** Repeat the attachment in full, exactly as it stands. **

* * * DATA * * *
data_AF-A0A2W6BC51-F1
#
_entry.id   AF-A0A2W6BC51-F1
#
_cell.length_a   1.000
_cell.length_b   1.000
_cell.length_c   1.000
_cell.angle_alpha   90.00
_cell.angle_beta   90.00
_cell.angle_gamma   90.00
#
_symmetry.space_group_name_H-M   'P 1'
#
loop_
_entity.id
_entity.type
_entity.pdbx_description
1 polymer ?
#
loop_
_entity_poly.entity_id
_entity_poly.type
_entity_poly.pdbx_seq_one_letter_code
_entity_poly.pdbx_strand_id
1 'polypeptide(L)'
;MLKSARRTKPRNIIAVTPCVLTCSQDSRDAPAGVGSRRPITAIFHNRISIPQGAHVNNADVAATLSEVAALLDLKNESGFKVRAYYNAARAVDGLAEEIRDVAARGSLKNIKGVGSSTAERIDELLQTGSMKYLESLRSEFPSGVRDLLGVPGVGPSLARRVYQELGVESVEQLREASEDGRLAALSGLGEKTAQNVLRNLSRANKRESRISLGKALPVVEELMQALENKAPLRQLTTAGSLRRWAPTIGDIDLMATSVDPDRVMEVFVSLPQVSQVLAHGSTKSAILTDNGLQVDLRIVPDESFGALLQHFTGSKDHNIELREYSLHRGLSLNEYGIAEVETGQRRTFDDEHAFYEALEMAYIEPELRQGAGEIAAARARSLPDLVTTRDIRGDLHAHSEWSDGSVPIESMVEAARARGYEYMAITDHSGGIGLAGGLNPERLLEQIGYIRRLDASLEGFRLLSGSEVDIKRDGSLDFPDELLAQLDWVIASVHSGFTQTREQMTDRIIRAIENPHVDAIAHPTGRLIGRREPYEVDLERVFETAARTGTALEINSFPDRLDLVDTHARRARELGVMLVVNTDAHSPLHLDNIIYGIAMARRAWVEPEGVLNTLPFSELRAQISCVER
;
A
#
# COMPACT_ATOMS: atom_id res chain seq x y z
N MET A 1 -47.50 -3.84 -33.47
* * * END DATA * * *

data_AF-A0A2W6BC51-F1
#
_entry.id   AF-A0A2W6BC51-F1
#
_cell.length_a   1.000
_cell.length_b   1.000
_cell.length_c   1.000
_cell.angle_alpha   90.00
_cell.angle_beta   90.00
_cell.angle_gamma   90.00
#
_symmetry.space_group_name_H-M   'P 1'
#
loop_
_entity.id
_entity.type
_entity.pdbx_description
1 polymer ?
#
loop_
_entity_poly.entity_id
_entity_poly.type
_entity_poly.pdbx_seq_one_letter_code
_entity_poly.pdbx_strand_id
1 'polypeptide(L)'
;MLKSARRTKPRNIIAVTPCVLTCSQDSRDAPAGVGSRRPITAIFHNRISIPQGAHVNNADVAATLSEVAALLDLKNESGFKVRAYYNAARAVDGLAEEIRDVAARGSLKNIKGVGSSTAERIDELLQTGSMKYLESLRSEFPSGVRDLLGVPGVGPSLARRVYQELGVESVEQLREASEDGRLAALSGLGEKTAQNVLRNLSRANKRESRISLGKALPVVEELMQALENKAPLRQLTTAGSLRRWAPTIGDIDLMATSVDPDRVMEVFVSLPQVSQVLAHGSTKSAILTDNGLQVDLRIVPDESFGALLQHFTGSKDHNIELREYSLHRGLSLNEYGIAEVETGQRRTFDDEHAFYEALEMAYIEPELRQGAGEIAAARARSLPDLVTTRDIRGDLHAHSEWSDGSVPIESMVEAARARGYEYMAITDHSGGIGLAGGLNPERLLEQIGYIRRLDASLEGFRLLSGSEVDIKRDGSLDFPDELLAQLDWVIASVHSGFTQTREQMTDRIIRAIENPHVDAIAHPTGRLIGRREPYEVDLERVFETAARTGTALEINSFPDRLDLVDTHARRARELGVMLVVNTDAHSPLHLDNIIYGIAMARRAWVEPEGVLNTLPFSELRAQISCVER
;
A
#
# COMPACT_ATOMS: atom_id res chain seq x y z
N MET A 1 -47.50 -3.84 -33.47